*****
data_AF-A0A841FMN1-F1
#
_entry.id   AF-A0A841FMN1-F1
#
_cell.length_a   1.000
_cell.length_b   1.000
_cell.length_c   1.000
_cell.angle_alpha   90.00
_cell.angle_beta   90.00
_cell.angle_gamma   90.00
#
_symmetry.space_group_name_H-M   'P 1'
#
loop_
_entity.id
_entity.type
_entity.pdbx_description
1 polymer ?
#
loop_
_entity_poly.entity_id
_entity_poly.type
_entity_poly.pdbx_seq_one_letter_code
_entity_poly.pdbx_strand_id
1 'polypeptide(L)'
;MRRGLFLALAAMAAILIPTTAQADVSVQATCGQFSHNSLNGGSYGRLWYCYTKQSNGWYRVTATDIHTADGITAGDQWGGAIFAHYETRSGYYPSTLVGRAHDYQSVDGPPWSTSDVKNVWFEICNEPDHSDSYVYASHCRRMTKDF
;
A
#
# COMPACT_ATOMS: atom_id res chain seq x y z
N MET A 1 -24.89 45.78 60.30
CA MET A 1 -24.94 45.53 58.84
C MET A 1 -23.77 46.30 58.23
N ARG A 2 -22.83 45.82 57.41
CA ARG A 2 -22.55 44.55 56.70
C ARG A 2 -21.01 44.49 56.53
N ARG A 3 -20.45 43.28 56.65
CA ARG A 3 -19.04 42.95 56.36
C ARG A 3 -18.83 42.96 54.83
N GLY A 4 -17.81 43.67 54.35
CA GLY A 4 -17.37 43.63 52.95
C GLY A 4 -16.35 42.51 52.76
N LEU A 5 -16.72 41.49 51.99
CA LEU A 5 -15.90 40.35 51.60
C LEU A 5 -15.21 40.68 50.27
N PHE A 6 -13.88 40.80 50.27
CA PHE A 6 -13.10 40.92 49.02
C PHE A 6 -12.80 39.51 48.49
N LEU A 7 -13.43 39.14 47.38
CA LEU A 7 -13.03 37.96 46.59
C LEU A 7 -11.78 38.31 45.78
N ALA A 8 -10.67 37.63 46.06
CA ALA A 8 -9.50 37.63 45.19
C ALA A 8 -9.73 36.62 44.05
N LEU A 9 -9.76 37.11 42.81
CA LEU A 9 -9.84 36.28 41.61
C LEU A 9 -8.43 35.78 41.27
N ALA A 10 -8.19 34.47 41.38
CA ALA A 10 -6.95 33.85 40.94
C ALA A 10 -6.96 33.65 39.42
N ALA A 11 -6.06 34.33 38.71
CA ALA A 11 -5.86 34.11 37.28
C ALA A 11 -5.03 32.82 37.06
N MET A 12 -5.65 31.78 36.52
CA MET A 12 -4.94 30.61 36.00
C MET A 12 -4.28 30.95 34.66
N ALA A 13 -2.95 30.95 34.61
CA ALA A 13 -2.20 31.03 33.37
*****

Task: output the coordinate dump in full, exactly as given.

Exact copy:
data_AF-A0A841FMN1-F1
#
_entry.id   AF-A0A841FMN1-F1
#
_cell.length_a   1.000
_cell.length_b   1.000
_cell.length_c   1.000
_cell.angle_alpha   90.00
_cell.angle_beta   90.00
_cell.angle_gamma   90.00
#
_symmetry.space_group_name_H-M   'P 1'
#
loop_
_entity.id
_entity.type
_entity.pdbx_description
1 polymer ?
#
loop_
_entity_poly.entity_id
_entity_poly.type
_entity_poly.pdbx_seq_one_letter_code
_entity_poly.pdbx_strand_id
1 'polypeptide(L)'
;MRRGLFLALAAMAAILIPTTAQADVSVQATCGQFSHNSLNGGSYGRLWYCYTKQSNGWYRVTATDIHTADGITAGDQWGGAIFAHYETRSGYYPSTLVGRAHDYQSVDGPPWSTSDVKNVWFEICNEPDHSDSYVYASHCRRMTKDF
;
A
#
# COMPACT_ATOMS: atom_id res chain seq x y z
N MET A 1 -24.89 45.78 60.30
CA MET A 1 -24.94 45.53 58.84
C MET A 1 -23.77 46.30 58.23
N ARG A 2 -22.83 45.82 57.41
CA ARG A 2 -22.55 44.55 56.70
C ARG A 2 -21.01 44.49 56.53
N ARG A 3 -20.45 43.28 56.65
CA ARG A 3 -19.04 42.95 56.36
C ARG A 3 -18.83 42.96 54.83
N GLY A 4 -17.81 43.67 54.35
CA GLY A 4 -17.37 43.63 52.95
C GLY A 4 -16.35 42.51 52.76
N LEU A 5 -16.72 41.49 51.99
CA LEU A 5 -15.90 40.35 51.60
C LEU A 5 -15.21 40.68 50.27
N PHE A 6 -13.88 40.80 50.27
CA PHE A 6 -13.10 40.92 49.02
C PHE A 6 -12.80 39.51 48.49
N LEU A 7 -13.43 39.14 47.38
CA LEU A 7 -13.03 37.96 46.59
C LEU A 7 -11.78 38.31 45.78
N ALA A 8 -10.67 37.63 46.06
CA ALA A 8 -9.50 37.63 45.19
C ALA A 8 -9.73 36.62 44.05
N LEU A 9 -9.76 37.11 42.81
CA LEU A 9 -9.84 36.28 41.61
C LEU A 9 -8.43 35.78 41.27
N ALA A 10 -8.19 34.47 41.38
CA ALA A 10 -6.95 33.85 40.94
C ALA A 10 -6.96 33.65 39.42
N ALA A 11 -6.06 34.33 38.71
CA ALA A 11 -5.86 34.11 37.28
C ALA A 11 -5.03 32.82 37.06
N MET A 12 -5.65 31.78 36.52
CA MET A 12 -4.94 30.61 36.00
C MET A 12 -4.28 30.95 34.66
N ALA A 13 -2.95 30.95 34.61
CA ALA A 13 -2.20 31.03 33.37